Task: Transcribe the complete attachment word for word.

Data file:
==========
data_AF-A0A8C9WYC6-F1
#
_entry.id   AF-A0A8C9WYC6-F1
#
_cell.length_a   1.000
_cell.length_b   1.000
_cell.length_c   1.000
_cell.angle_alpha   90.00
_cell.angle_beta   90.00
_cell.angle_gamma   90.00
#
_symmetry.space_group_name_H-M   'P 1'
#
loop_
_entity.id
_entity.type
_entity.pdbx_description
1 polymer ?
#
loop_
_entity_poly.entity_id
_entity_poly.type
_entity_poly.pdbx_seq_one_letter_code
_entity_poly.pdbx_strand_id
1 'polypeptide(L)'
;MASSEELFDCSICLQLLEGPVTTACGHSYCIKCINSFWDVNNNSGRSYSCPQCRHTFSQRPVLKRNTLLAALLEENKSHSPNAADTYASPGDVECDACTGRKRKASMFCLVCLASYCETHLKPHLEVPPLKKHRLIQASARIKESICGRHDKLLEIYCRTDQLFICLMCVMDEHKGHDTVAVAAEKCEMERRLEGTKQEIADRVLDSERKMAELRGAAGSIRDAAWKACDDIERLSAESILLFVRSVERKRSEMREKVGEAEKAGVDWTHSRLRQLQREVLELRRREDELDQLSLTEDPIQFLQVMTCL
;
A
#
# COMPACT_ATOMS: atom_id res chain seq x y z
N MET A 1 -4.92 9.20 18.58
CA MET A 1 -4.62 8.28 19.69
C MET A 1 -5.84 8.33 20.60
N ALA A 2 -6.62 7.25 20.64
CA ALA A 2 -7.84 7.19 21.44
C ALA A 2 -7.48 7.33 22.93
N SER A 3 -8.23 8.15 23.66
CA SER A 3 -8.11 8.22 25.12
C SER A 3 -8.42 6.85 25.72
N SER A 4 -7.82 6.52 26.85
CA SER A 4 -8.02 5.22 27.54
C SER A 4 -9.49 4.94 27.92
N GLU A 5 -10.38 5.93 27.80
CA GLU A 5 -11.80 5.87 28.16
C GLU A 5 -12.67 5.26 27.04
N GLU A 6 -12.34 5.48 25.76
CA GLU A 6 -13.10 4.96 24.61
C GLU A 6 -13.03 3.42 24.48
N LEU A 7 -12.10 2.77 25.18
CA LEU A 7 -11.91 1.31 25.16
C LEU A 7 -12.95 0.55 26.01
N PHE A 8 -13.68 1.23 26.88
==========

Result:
data_AF-A0A8C9WYC6-F1
#
_entry.id   AF-A0A8C9WYC6-F1
#
_cell.length_a   1.000
_cell.length_b   1.000
_cell.length_c   1.000
_cell.angle_alpha   90.00
_cell.angle_beta   90.00
_cell.angle_gamma   90.00
#
_symmetry.space_group_name_H-M   'P 1'
#
loop_
_entity.id
_entity.type
_entity.pdbx_description
1 polymer ?
#
loop_
_entity_poly.entity_id
_entity_poly.type
_entity_poly.pdbx_seq_one_letter_code
_entity_poly.pdbx_strand_id
1 'polypeptide(L)'
;MASSEELFDCSICLQLLEGPVTTACGHSYCIKCINSFWDVNNNSGRSYSCPQCRHTFSQRPVLKRNTLLAALLEENKSHSPNAADTYASPGDVECDACTGRKRKASMFCLVCLASYCETHLKPHLEVPPLKKHRLIQASARIKESICGRHDKLLEIYCRTDQLFICLMCVMDEHKGHDTVAVAAEKCEMERRLEGTKQEIADRVLDSERKMAELRGAAGSIRDAAWKACDDIERLSAESILLFVRSVERKRSEMREKVGEAEKAGVDWTHSRLRQLQREVLELRRREDELDQLSLTEDPIQFLQVMTCL
;
A
#
# COMPACT_ATOMS: atom_id res chain seq x y z
N MET A 1 -4.92 9.20 18.58
CA MET A 1 -4.62 8.28 19.69
C MET A 1 -5.84 8.33 20.60
N ALA A 2 -6.62 7.25 20.64
CA ALA A 2 -7.84 7.19 21.44
C ALA A 2 -7.48 7.33 22.93
N SER A 3 -8.23 8.15 23.66
CA SER A 3 -8.11 8.22 25.12
C SER A 3 -8.42 6.85 25.72
N SER A 4 -7.82 6.52 26.85
CA SER A 4 -8.02 5.22 27.54
C SER A 4 -9.49 4.94 27.92
N GLU A 5 -10.38 5.93 27.80
CA GLU A 5 -11.80 5.87 28.16
C GLU A 5 -12.67 5.26 27.04
N GLU A 6 -12.34 5.48 25.76
CA GLU A 6 -13.10 4.96 24.61
C GLU A 6 -13.03 3.42 24.48
N LEU A 7 -12.10 2.77 25.18
CA LEU A 7 -11.91 1.31 25.16
C LEU A 7 -12.95 0.55 26.01
N PHE A 8 -13.68 1.23 26.88